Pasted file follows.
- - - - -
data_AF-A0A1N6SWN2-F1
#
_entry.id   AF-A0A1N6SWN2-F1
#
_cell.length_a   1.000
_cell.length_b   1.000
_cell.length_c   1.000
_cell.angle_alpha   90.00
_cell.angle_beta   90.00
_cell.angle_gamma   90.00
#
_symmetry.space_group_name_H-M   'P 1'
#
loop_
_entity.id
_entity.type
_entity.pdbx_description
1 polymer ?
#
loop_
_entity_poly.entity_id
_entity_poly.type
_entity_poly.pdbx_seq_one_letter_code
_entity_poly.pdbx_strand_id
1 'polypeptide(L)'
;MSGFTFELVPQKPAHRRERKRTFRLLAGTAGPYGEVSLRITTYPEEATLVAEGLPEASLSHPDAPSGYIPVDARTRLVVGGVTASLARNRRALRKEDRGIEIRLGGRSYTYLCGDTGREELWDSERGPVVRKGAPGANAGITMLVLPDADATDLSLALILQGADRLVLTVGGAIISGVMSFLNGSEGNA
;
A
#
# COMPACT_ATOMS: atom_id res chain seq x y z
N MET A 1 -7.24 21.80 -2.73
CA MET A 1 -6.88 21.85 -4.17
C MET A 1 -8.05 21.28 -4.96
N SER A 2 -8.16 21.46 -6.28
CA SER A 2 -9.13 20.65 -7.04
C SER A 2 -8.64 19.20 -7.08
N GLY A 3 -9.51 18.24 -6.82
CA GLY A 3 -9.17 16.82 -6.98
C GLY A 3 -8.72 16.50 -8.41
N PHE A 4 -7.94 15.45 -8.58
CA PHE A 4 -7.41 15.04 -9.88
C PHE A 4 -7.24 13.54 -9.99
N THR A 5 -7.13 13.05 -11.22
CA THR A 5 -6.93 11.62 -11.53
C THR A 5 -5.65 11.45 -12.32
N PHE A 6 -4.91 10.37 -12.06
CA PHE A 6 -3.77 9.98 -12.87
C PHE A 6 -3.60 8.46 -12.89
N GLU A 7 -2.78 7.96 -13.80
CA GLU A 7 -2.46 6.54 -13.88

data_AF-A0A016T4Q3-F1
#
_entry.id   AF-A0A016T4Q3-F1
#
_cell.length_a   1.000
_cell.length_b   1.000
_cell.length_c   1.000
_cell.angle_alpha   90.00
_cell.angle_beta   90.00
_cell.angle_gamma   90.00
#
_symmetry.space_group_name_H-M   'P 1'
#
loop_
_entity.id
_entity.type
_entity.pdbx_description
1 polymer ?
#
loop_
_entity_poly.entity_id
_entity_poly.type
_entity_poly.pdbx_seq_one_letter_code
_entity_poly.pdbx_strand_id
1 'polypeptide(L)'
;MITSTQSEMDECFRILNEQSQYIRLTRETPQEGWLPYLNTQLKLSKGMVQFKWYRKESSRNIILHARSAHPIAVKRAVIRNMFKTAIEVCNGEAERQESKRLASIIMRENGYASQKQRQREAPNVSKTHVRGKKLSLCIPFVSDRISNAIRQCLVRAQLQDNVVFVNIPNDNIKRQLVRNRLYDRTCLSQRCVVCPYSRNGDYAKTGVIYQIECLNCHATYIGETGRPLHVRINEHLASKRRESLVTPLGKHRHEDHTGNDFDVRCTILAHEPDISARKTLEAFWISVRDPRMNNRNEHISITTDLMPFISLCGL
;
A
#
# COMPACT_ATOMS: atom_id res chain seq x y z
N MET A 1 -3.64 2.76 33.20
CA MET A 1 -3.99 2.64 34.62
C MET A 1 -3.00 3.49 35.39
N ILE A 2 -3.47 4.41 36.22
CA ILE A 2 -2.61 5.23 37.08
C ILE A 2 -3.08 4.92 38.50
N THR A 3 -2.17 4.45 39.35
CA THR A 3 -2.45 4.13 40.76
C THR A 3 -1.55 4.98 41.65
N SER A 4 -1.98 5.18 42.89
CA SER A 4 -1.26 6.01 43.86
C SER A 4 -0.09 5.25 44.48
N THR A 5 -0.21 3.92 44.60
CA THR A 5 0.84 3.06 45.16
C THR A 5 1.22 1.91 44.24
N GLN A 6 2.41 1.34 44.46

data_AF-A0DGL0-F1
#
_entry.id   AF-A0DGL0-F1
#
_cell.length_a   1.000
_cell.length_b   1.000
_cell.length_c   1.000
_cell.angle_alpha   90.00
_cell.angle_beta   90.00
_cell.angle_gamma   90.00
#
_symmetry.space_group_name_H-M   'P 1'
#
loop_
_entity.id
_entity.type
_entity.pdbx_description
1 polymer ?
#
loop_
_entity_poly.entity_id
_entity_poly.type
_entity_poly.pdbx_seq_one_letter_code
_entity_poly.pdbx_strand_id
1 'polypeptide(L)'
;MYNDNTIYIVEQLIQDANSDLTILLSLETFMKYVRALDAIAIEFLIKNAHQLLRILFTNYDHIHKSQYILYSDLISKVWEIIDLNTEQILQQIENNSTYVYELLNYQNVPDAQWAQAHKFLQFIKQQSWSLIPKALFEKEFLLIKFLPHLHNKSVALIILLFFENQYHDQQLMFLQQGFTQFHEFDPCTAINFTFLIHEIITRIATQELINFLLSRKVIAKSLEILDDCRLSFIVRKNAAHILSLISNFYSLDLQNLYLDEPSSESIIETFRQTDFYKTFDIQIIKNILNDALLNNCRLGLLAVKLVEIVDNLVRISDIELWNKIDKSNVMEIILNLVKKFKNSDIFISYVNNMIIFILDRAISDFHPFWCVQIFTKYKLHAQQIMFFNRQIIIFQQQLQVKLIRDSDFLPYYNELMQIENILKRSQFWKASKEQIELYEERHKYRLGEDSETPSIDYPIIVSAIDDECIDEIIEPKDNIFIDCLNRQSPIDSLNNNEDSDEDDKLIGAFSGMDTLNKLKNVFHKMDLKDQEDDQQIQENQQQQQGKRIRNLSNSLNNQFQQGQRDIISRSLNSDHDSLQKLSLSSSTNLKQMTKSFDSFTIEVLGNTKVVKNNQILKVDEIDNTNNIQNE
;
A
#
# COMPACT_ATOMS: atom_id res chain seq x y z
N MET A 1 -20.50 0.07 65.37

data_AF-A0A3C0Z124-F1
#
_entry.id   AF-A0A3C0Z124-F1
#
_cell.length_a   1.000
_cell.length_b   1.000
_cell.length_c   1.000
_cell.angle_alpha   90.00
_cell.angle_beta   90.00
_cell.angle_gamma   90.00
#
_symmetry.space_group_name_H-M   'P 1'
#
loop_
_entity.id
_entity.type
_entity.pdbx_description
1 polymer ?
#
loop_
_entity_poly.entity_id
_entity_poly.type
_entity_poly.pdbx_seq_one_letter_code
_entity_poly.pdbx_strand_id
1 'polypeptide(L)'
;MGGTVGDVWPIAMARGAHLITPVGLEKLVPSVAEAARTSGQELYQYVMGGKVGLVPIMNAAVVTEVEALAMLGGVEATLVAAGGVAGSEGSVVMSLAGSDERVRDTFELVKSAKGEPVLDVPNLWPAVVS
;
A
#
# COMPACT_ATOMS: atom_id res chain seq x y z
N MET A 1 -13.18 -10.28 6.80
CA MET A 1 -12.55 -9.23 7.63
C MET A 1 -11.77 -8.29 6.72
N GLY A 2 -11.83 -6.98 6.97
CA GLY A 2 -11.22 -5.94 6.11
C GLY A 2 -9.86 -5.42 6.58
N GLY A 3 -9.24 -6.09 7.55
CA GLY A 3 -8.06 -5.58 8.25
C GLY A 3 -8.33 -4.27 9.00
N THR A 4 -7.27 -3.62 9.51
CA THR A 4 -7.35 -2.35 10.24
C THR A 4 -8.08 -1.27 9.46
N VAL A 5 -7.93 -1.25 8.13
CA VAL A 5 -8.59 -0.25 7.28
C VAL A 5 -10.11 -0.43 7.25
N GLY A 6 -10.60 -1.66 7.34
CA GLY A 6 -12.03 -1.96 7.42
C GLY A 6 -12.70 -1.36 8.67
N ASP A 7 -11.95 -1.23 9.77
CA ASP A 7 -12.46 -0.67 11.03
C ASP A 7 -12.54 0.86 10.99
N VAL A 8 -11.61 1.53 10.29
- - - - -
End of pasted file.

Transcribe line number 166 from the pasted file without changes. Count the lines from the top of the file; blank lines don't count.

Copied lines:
C GLY A 3 -8.33 -4.27 9.00